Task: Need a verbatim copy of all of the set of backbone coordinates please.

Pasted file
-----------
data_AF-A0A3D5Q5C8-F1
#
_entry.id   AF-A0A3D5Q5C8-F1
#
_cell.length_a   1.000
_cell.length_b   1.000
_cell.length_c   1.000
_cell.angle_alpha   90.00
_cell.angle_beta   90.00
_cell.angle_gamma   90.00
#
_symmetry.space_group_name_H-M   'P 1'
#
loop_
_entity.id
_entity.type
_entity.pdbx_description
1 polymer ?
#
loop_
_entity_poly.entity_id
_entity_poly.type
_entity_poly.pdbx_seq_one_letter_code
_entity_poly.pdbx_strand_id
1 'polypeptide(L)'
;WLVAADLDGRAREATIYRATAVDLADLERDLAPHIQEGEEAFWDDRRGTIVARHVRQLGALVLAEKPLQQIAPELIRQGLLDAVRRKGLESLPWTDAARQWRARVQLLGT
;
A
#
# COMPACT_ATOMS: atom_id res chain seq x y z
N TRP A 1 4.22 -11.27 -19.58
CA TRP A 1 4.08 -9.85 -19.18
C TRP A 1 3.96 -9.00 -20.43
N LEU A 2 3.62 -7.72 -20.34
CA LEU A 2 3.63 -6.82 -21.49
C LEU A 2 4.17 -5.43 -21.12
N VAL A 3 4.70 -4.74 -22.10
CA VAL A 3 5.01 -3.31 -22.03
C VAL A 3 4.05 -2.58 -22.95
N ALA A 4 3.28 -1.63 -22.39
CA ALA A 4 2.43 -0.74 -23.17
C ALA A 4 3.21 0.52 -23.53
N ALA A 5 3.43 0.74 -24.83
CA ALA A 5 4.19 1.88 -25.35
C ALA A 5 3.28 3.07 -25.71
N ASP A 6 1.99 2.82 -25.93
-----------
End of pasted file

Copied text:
data_AF-A0A3D5Q5C8-F1
#
_entry.id   AF-A0A3D5Q5C8-F1
#
_cell.length_a   1.000
_cell.length_b   1.000
_cell.length_c   1.000
_cell.angle_alpha   90.00
_cell.angle_beta   90.00
_cell.angle_gamma   90.00
#
_symmetry.space_group_name_H-M   'P 1'
#
loop_
_entity.id
_entity.type
_entity.pdbx_description
1 polymer ?
#
loop_
_entity_poly.entity_id
_entity_poly.type
_entity_poly.pdbx_seq_one_letter_code
_entity_poly.pdbx_strand_id
1 'polypeptide(L)'
;WLVAADLDGRAREATIYRATAVDLADLERDLAPHIQEGEEAFWDDRRGTIVARHVRQLGALVLAEKPLQQIAPELIRQGLLDAVRRKGLESLPWTDAARQWRARVQLLGT
;
A
#
# COMPACT_ATOMS: atom_id res chain seq x y z
N TRP A 1 4.22 -11.27 -19.58
CA TRP A 1 4.08 -9.85 -19.18
C TRP A 1 3.96 -9.00 -20.43
N LEU A 2 3.62 -7.72 -20.34
CA LEU A 2 3.63 -6.82 -21.49
C LEU A 2 4.17 -5.43 -21.12
N VAL A 3 4.70 -4.74 -22.10
CA VAL A 3 5.01 -3.31 -22.03
C VAL A 3 4.05 -2.58 -22.95
N ALA A 4 3.28 -1.63 -22.39
CA ALA A 4 2.43 -0.74 -23.17
C ALA A 4 3.21 0.52 -23.53
N ALA A 5 3.43 0.74 -24.83
CA ALA A 5 4.19 1.88 -25.35
C ALA A 5 3.28 3.07 -25.71
N ASP A 6 1.99 2.82 -25.93